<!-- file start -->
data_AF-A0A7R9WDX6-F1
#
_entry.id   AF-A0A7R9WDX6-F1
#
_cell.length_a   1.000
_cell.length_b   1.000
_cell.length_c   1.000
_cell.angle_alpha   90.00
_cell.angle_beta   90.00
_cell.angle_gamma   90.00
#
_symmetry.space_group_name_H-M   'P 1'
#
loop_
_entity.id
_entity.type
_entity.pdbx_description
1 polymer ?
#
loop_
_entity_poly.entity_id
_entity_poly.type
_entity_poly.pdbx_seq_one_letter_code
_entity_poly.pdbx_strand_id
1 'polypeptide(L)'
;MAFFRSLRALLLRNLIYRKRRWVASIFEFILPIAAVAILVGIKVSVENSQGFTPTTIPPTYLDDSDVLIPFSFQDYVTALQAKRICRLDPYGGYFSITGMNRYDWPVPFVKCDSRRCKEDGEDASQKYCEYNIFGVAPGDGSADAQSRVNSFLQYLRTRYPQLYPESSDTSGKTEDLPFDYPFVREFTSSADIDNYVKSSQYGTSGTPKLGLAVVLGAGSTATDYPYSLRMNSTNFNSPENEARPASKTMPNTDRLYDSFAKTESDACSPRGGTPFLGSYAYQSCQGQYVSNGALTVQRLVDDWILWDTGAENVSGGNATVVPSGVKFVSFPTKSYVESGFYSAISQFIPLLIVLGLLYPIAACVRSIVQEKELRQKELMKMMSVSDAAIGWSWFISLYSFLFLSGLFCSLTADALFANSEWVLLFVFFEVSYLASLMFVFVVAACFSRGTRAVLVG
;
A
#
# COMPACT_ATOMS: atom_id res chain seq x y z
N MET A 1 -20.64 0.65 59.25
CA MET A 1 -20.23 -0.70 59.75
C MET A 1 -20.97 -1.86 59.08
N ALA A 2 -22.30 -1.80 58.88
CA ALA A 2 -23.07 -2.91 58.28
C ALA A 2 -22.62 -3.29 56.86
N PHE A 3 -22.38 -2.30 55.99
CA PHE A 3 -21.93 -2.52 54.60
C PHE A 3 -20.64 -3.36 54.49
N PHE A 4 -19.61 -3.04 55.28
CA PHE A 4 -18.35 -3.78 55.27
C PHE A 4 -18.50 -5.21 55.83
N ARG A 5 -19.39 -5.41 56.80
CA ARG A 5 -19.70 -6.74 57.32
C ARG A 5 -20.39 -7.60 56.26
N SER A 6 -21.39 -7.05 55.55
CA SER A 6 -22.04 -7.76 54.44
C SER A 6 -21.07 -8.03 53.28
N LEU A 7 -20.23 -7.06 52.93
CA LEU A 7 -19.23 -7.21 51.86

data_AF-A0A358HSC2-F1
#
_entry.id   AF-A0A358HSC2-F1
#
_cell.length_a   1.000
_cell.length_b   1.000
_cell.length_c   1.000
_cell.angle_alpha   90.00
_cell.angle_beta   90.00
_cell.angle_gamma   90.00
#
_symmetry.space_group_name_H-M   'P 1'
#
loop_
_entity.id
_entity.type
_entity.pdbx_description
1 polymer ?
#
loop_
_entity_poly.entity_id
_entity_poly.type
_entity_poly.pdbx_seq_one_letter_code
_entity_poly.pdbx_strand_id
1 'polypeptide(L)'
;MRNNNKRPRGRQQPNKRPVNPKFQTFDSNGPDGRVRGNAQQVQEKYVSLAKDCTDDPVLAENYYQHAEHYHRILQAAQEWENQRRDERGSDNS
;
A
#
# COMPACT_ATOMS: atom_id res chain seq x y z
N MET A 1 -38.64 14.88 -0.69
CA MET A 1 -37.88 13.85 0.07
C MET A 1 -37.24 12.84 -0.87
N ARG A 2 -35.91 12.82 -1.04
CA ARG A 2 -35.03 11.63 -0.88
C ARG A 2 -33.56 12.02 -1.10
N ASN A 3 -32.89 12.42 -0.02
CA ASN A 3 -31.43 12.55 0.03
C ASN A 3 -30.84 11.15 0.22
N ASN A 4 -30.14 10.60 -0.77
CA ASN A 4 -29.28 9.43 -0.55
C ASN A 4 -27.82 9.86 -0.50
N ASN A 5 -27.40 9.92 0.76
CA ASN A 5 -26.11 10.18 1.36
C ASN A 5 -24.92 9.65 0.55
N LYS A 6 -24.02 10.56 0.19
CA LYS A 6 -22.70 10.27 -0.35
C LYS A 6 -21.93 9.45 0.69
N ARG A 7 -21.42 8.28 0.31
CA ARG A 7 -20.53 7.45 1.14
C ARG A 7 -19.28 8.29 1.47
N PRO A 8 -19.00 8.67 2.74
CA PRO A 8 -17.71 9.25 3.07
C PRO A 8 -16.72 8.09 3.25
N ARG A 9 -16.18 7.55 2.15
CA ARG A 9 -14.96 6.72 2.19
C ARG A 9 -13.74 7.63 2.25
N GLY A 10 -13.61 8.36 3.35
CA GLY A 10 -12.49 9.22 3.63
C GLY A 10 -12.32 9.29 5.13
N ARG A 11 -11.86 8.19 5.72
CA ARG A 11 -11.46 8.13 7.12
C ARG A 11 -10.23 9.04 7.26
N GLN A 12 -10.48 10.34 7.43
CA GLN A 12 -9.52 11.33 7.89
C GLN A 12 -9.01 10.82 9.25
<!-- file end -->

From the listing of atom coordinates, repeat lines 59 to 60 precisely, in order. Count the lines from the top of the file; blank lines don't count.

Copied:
_cell.angle_beta   90.00
_cell.angle_gamma   90.00